Saturday, January 22, 2011

Winter Productivity

Many people believe that farmers have it pretty easy in the winter. After all, isn't all of the work done during the summer when things are actually growing? Well... not really.

Winter is the season of site-prep and equipment work.

There is a hedgerow which needs to be reclaimed. It is a lot better to work on this during the winter when all the stinging insects, snakes, etc are not an issue. Cutting it all back is the easy part. Keeping it from coming back is the bigger challenge. Right now we are using a few different techniques. Once everything is cut back, we lay down cardboard to block out the light - this will help keep the weeds from popping up immediately. Then the mulch goes on top of it, as deep as we can stand, to keep the cardboard from (a) looking too tacky and (b) blowing away. Pretty soon the cardboard will start breaking down and becoming one with the soil. The hard part is putting in all of this work and having to wait until spring to see how effective it is. High-stakes gambling - farm-style!

There are also garden beds to be designed and built. We subscribe to lasagna-bed gardening. Keep layering the organic material on there and let it keep decomposing. For us that means more cardboard and lots of old rotting straw. Today a friend call Jen and said, "I'm shoveling s#*$ and I thought of you." So we went and hauled off a bunch of cow manure-soaked straw. Its great! Mulch and fertilizer all in one. Just spread it and let it compost in place to nourish the soil.

This is also the season for equipment. We just re-vamped the set-up for our grow lights. The grow light stands we acquired a few years ago... cheap! So we rigged our own system for hanging the lights and can hopefully start some seeds pretty soon. The chicken coop I built for Jen in December is holding up well. Chickens are happy which means Jen is happy. Soon it will be time to try getting the chickens into new portable pens so they can enjoy fresh grass. That means building new "chicken tractors". As hard a winter as we've had thus far, I'm scared to think about how many of our honeybee colonies may be dead, though. Either way, in the next week or two it will be time to start cleaning old hive equipment and building new hive equipment. I have already ordered two packages of bees for this year. Have to make sure they have a nice home ready when they arrive.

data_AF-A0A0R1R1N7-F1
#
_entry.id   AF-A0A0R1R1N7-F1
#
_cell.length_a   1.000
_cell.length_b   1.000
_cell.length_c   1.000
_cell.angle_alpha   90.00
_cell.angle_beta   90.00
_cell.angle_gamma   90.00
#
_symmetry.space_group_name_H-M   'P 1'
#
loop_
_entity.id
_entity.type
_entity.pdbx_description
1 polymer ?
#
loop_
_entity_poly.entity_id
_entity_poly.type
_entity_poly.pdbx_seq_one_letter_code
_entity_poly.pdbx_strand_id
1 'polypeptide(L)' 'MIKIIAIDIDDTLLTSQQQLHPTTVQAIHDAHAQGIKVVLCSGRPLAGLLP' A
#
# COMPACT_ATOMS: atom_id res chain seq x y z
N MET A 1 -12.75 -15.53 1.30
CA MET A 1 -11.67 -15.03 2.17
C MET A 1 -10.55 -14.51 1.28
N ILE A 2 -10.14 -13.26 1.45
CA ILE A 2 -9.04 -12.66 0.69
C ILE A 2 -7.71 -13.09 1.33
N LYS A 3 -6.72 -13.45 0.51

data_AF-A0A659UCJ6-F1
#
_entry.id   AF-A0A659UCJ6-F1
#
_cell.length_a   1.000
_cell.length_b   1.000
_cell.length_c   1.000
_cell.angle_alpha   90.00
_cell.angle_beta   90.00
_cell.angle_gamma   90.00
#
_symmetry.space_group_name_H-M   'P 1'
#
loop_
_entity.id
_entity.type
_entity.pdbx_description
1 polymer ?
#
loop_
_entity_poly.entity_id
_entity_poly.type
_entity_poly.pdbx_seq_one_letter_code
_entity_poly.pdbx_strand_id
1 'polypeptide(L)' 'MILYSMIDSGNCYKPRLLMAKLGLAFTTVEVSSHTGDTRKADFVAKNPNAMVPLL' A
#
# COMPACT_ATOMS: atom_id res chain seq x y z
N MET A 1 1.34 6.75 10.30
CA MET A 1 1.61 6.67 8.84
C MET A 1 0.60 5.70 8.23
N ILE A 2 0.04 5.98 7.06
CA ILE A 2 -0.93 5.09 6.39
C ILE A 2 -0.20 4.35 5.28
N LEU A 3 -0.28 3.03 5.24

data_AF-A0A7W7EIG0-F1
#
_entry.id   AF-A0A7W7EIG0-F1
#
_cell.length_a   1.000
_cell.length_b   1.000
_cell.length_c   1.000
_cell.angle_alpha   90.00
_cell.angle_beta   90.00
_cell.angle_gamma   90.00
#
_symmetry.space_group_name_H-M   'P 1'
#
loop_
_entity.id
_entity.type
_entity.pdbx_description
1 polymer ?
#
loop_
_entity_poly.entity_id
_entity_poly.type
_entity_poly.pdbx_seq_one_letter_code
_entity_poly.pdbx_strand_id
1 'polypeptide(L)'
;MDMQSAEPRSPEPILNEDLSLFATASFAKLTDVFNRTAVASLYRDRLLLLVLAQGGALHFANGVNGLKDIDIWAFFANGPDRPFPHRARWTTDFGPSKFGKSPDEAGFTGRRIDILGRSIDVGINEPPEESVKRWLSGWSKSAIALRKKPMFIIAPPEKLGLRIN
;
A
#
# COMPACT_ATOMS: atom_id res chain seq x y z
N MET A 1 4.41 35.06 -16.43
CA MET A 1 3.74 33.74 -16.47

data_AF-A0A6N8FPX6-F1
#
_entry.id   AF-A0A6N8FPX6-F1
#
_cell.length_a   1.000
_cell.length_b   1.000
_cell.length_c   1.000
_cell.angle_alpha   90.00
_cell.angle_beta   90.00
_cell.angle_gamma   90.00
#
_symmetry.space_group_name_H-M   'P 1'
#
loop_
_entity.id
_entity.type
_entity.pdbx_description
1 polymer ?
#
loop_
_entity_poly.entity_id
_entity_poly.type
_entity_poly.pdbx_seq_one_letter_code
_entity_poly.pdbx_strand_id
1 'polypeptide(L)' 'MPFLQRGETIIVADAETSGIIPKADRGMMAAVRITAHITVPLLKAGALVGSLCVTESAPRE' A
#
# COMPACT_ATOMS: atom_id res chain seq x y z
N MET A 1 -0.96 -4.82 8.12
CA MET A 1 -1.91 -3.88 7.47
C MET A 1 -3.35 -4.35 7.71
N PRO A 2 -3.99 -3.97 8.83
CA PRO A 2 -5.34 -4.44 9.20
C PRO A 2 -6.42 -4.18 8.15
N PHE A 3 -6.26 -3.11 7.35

Winter is decision season. Decide how many bee colonies I want to try managing this year. Choose what is going in the veggie garden. Determine whether or not this is the year to put more fruit trees and a few blueberry bushes in the ground. Figure out how to rescue those two poor, old grape vines.

So if you have to work this hard in the winter as well as in the summer, is it worth it? Wouldn't life be so much easier if there was not so much work that always needed doing?

In Proverbs 14: 4, Solomon says, "Where no oxen are, the trough is clean; but much increase comes by the strength of an ox."

Yes, the work is worth it. Without a mini-farm (in development), there might be less work and more time for leisure, but there would not be the same harvest of joy and less satisfaction from our labors.

For all of the work that happens even during winter, winter is also the time when we get to enjoy the fruits of last year's labor. The wood we laid up is keeping us warm through a hard winter. My sweet tooth is still being kept happy by the honey our bees produced. The blackberry wine we made (from a kit) is still a nice treat about once a month. We just re-discovered a jar of blackberry syrup from the berries we picked this past July. Our now-mature chickens are still laying about a half-dozen eggs a day.

Definitely worth it.

This is what generation upon generation of people have understood. Last year's labor is what sustains you today even while you work for tomorrow. Hard to imagine in a society filled with mortgages, car loans and credit cards - all of which are based on the future sustaining you in the present. By God's grace, Jen and I have been blessed with the ability to do it the old fashioned way. Praise God for it. The work is worth it.

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